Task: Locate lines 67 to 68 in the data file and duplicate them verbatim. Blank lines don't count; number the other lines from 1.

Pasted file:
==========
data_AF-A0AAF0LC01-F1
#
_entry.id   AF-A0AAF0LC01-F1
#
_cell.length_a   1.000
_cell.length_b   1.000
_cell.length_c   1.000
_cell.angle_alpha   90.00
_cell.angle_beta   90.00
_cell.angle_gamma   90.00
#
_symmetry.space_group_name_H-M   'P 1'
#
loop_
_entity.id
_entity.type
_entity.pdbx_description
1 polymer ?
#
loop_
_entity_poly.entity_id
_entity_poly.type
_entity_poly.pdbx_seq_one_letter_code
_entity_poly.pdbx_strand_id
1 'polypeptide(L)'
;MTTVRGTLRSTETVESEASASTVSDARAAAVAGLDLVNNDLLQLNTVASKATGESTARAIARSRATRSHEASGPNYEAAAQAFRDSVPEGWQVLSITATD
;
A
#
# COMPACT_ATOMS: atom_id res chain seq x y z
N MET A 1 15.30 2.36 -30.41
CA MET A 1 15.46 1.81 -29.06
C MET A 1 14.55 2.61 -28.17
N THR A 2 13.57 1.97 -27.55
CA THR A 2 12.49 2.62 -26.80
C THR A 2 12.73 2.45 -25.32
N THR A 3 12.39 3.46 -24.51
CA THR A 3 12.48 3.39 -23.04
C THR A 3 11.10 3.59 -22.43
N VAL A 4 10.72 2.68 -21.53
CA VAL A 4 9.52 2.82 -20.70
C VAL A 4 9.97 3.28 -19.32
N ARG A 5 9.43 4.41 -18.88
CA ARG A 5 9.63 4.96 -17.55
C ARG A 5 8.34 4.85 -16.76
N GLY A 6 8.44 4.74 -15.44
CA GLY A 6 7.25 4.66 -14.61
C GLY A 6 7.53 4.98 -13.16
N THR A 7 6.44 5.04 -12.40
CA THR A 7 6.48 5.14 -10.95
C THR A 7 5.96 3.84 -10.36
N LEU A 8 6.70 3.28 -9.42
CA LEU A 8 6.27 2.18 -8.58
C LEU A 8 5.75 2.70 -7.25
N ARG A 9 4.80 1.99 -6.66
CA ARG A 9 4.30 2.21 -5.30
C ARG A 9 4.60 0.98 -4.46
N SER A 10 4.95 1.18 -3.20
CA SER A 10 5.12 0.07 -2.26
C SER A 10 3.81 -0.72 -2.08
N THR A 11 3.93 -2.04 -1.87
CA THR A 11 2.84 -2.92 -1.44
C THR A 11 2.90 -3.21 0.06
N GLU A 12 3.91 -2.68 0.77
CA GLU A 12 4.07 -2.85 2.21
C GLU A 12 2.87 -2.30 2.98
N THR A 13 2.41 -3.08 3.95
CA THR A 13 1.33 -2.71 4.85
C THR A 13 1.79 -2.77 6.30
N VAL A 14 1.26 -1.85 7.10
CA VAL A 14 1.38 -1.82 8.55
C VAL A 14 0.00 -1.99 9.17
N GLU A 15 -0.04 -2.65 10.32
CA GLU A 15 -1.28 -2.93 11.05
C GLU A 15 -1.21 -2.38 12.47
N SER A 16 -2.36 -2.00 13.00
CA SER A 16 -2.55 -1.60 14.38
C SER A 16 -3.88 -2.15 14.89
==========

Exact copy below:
N THR A 13 2.41 -3.08 3.95
CA THR A 13 1.33 -2.71 4.85